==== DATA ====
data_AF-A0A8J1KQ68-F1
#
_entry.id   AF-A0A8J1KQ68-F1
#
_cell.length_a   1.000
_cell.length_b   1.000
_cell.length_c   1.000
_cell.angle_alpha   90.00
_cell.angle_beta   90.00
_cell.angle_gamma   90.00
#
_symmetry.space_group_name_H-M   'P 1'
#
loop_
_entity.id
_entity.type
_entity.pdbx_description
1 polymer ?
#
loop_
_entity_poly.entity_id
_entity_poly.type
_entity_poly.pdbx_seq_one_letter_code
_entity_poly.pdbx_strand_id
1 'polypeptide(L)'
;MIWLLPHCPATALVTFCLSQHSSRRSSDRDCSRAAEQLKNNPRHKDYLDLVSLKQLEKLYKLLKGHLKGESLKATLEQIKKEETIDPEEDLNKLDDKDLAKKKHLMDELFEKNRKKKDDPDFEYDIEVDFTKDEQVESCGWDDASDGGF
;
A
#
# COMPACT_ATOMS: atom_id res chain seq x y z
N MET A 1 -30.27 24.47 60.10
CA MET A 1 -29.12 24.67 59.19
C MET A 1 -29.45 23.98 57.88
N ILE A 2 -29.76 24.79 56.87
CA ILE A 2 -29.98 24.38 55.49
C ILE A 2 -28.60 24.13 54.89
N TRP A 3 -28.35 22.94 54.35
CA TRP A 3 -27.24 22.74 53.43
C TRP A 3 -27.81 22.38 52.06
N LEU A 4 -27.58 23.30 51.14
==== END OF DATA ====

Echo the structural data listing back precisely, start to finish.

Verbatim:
data_AF-A0A8J1KQ68-F1
#
_entry.id   AF-A0A8J1KQ68-F1
#
_cell.length_a   1.000
_cell.length_b   1.000
_cell.length_c   1.000
_cell.angle_alpha   90.00
_cell.angle_beta   90.00
_cell.angle_gamma   90.00
#
_symmetry.space_group_name_H-M   'P 1'
#
loop_
_entity.id
_entity.type
_entity.pdbx_description
1 polymer ?
#
loop_
_entity_poly.entity_id
_entity_poly.type
_entity_poly.pdbx_seq_one_letter_code
_entity_poly.pdbx_strand_id
1 'polypeptide(L)'
;MIWLLPHCPATALVTFCLSQHSSRRSSDRDCSRAAEQLKNNPRHKDYLDLVSLKQLEKLYKLLKGHLKGESLKATLEQIKKEETIDPEEDLNKLDDKDLAKKKHLMDELFEKNRKKKDDPDFEYDIEVDFTKDEQVESCGWDDASDGGF
;
A
#
# COMPACT_ATOMS: atom_id res chain seq x y z
N MET A 1 -30.27 24.47 60.10
CA MET A 1 -29.12 24.67 59.19
C MET A 1 -29.45 23.98 57.88
N ILE A 2 -29.76 24.79 56.87
CA ILE A 2 -29.98 24.38 55.49
C ILE A 2 -28.60 24.13 54.89
N TRP A 3 -28.35 22.94 54.35
CA TRP A 3 -27.24 22.74 53.43
C TRP A 3 -27.81 22.38 52.06
N LEU A 4 -27.58 23.30 51.14